HE HIT the ditch and careened toward the ground, but for Rodney Rogers, falls were a part of dirt biking. Growing up in Durham, N.C., Rogers had had dozens of tumbles, some on this same trail in Vance County, near his house. He'd always dusted off his 6'7", 270-pound frame and hopped back on his motorized ride. Not this time. On a cool afternoon in November 2008, Rogers couldn't get his arms up in time to break his fall. Landing on his head, he broke his third cervical vertebra and bruised his spinal cord at the fourth. And just like that, the burly 12-year NBA veteran, three years into retirement, was paralyzed below the shoulders.
Rogers was held in intensive care at Atlanta's Shephard Center for three months following the accident, and he had to be resuscitated three times. For most of his hospitalization, doctors placed his chances of survival at around 50-50. "People ask me what the toughest part was," Rogers, now 43, says. "The toughest part was staying alive."
At home the former forward for seven NBA teams struggled to adjust to life as a quadriplegic. He fell into a deep depression, shutting himself in his bedroom for weeks at a time. One year after the accident he told Faye Suggs, who was then his fiancée, that he wanted to commit suicide. O.K., Faye told him. "But I can't live without you," she added, "so if you do it, I'm doing it too." Rogers balked. "I didn't care what condition he was in," says Faye. "I just wanted my Rodney. I needed him to live."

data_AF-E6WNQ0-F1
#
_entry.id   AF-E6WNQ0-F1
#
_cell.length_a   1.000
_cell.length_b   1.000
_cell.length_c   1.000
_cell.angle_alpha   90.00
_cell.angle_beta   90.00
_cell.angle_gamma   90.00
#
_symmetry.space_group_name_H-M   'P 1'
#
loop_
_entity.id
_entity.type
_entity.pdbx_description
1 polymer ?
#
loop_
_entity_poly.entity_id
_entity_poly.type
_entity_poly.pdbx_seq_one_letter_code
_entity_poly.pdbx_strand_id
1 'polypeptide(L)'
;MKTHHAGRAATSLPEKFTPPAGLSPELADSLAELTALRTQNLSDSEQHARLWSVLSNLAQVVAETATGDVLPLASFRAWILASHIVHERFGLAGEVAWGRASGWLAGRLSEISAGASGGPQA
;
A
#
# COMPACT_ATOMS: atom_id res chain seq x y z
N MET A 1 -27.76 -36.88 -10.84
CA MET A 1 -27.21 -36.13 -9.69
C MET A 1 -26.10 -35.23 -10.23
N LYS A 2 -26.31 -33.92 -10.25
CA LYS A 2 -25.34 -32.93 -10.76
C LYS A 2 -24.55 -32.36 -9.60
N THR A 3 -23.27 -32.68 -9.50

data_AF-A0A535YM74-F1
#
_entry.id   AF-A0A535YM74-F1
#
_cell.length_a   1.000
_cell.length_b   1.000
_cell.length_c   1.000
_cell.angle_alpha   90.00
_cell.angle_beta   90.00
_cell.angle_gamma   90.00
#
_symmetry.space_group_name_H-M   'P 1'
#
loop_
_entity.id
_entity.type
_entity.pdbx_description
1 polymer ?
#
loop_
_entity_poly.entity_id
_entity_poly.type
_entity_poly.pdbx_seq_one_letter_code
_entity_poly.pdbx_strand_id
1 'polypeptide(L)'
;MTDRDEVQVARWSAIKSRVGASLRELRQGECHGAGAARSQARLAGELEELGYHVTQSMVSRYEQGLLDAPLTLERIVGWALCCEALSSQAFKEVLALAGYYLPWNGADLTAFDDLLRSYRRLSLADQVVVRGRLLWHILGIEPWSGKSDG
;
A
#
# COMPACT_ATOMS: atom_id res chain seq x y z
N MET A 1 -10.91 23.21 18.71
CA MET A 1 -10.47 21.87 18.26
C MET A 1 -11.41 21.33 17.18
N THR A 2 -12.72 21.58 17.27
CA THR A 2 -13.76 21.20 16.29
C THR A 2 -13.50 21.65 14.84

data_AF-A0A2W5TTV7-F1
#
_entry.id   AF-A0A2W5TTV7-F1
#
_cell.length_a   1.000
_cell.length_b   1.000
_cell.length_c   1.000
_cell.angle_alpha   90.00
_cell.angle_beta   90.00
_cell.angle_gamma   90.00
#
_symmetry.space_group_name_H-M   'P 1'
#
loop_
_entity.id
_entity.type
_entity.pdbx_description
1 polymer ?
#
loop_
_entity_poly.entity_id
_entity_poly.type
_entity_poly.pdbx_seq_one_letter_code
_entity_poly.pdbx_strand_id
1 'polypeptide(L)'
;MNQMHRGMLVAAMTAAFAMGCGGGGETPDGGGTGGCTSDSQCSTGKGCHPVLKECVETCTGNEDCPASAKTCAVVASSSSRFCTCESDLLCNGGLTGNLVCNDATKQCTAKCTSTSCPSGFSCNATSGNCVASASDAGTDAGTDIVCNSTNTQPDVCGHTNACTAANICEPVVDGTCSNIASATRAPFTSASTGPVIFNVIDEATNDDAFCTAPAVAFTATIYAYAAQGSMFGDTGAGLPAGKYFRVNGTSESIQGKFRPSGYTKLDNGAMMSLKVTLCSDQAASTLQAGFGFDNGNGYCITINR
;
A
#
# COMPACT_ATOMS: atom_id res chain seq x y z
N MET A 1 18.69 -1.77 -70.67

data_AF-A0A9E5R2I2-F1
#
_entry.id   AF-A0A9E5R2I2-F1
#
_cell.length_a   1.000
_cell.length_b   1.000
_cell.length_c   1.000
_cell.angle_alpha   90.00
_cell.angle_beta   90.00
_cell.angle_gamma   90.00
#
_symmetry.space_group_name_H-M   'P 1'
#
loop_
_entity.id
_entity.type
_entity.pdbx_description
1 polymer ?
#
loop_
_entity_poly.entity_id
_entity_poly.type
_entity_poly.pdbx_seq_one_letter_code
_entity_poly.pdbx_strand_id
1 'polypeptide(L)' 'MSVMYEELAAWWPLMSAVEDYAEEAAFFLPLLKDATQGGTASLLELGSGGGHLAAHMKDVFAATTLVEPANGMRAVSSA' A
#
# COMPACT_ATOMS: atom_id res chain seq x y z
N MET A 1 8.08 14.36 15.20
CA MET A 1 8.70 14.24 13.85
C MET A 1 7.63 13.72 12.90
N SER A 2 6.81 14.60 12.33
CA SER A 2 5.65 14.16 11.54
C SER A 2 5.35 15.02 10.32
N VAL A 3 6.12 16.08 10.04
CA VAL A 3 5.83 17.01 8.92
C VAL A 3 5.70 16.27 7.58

Slowly Rogers pieced his life back together. In 2010 he wed Faye in a quiet backyard ceremony in Timberlake, N.C. That same year he started the Rodney Rogers Foundation to help others with paralysis. Now, after years of his refusing to leave the house, says Faye, it's hard to keep him in it. The two regularly go out to dinner and movies. Rogers travels to basketball camps across the country and speaks at the NBA's rookie transition program.
Every day is still a challenge for Rogers. He requires the aid of a ventilator to breathe. Because of his size he needs around-the-clock care from nurses. In 2010 he was diagnosed with diabetes. His medical expenses hover around $400,000 per year, which are paid for with insurance. The complications of Rogers's paralysis have made him and his wife appreciate their time together. "We know that anything can happen at any time," says Faye. "It's why we live every day to the fullest."